Alas, there was apparently no room in the article to mention that the study was produced by the chairman of Action on Sugar, Graham 'Mad Dog' MacGregor and his colleagues.

In light of the study, conducted by the Wolfson Institute, Queen Mary University of London, Action on Sugar, another university division, cautions that there is a dire need to implement effective strategies such as the Soft Drinks Industry Levy to reduce the consumption of such beverages.

To see how "effective" sugar taxes are, one only needs to read MacGregor's study...
Approximately 17.2% (95% CI, 17.0%-17.5%) of all the school-going adolescents were overweight or obese, and the population-weighted prevalence of overweight and obesity among adolescent students in countries and regions with soft drink taxes was marginally higher compared with those in countries and regions without soft drink taxes (17.4% [95% CI, 17.1%-17.7%] vs 16.3% [95% CI, 15.9%-16.8%]; P = .05).
Great success!
It seems, however, that countries which tax sugary drinks have fewer people consuming them.
... in countries with soft drink taxes, the prevalence of daily soft drink consumption among school-going adolescents was lower than in countries without such taxes (30.2% vs 33.5%).
This obviously didn't lead to less obesity but the authors call on governments to tax sugary drinks anyway.
These findings suggest that governments, particularly those in low- and middle-income countries, should take actions such as levying taxes on soft drinks to lower soft drink consumption or to reduce the amount of sugar consumption from soft drinks, to help curb the rapid increase in obesity.
These taxes have never curbed the rapid increase in obesity anywhere but, as I've said many, many times, the nanny state racket is not a results-driven business.

Monday 24 July 2023

It's that man again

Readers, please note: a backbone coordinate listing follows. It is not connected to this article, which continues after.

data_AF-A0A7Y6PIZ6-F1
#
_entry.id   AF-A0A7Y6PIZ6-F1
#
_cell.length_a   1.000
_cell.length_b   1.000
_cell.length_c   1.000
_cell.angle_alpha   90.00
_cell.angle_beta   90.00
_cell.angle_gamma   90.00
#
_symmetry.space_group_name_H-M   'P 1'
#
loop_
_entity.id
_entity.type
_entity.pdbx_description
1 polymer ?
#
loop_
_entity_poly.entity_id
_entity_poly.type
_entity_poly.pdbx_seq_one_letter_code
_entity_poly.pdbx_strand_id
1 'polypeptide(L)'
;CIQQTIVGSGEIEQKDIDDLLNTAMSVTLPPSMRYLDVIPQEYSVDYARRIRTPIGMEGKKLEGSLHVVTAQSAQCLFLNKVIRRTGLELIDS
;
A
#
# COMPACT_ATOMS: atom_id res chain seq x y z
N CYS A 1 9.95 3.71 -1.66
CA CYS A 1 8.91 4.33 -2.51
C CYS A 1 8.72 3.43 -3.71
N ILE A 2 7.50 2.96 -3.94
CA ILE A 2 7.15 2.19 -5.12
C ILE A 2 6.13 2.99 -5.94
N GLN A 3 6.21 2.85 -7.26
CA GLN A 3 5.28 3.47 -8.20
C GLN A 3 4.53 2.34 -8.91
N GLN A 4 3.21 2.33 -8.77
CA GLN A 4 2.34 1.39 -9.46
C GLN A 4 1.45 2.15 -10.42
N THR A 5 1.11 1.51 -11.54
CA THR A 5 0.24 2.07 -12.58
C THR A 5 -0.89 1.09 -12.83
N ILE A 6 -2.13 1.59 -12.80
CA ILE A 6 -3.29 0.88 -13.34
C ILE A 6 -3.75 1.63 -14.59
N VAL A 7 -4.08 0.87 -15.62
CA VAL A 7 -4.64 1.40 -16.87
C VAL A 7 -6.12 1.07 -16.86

The Sunday Telegraph ran an article titled ‘I’m a doctor – here’s how I would solve Britain’s obesity crisis’ yesterday. Unsurprisingly, it didn't involve people eating less and exercising more, nor did it mention the miracle weight loss jab. Instead, it featured three slightly different awful people giving their Big Government prescriptions. 

After the usual recitation of bogus facts ("obesity now affects two thirds of UK adults [actually 26%] at a cost of £6 billion to the NHS each year [actually a lot less]") we were treated to the views of three self-proclaimed experts, one of whom isn't even a doctor.

First up was David Halpern of Nudge Unit fame who is no longer even pretending to be following the rules of Nudge.

I head up the Behavioural Insights Team, also known as the Nudge unit, which was set up by the government in 2010 with the idea that nudging people towards better choices without regulation or force is the best way to spark change long term. (We are now fully owned by Nesta, a charity.) We suggested nudges, such as the sugar tax in 2014 (implemented in 2018), and placing high-calorie foods away from checkouts in supermarkets. We also backed junk food advertising bans and an end to buy-one-get-one-free deals on such products...

One of the golden rules of libertarian paternalism AKA nudging is that you can't change the costs and benefits. A tax is not a nudge. A ban is not a nudge.
What is the point of David Halpern if he doesn't have any actual nudges to promote? Friends, there is no point to him. He is just another paternalistic blowhard.
It is evident that information, exercise and willpower will not reduce levels of obesity.
They are, in fact, the only things that have ever worked. 
Next up is Kamila Hawthorne, the Chair of the Royal College of General Practitioners. 

Two thirds of adults are overweight or obese in Britain, and as doctors, we’re worried about what this means for the future of chronic diseases. We need to raise healthy food and healthy eating on the nation’s list of priorities, and to do this together.

And how do we do that?

That starts with GP services, who need more resources to be able to support their patients in losing weight to improve their health.

Of course.  More money for doctors. I should have guessed.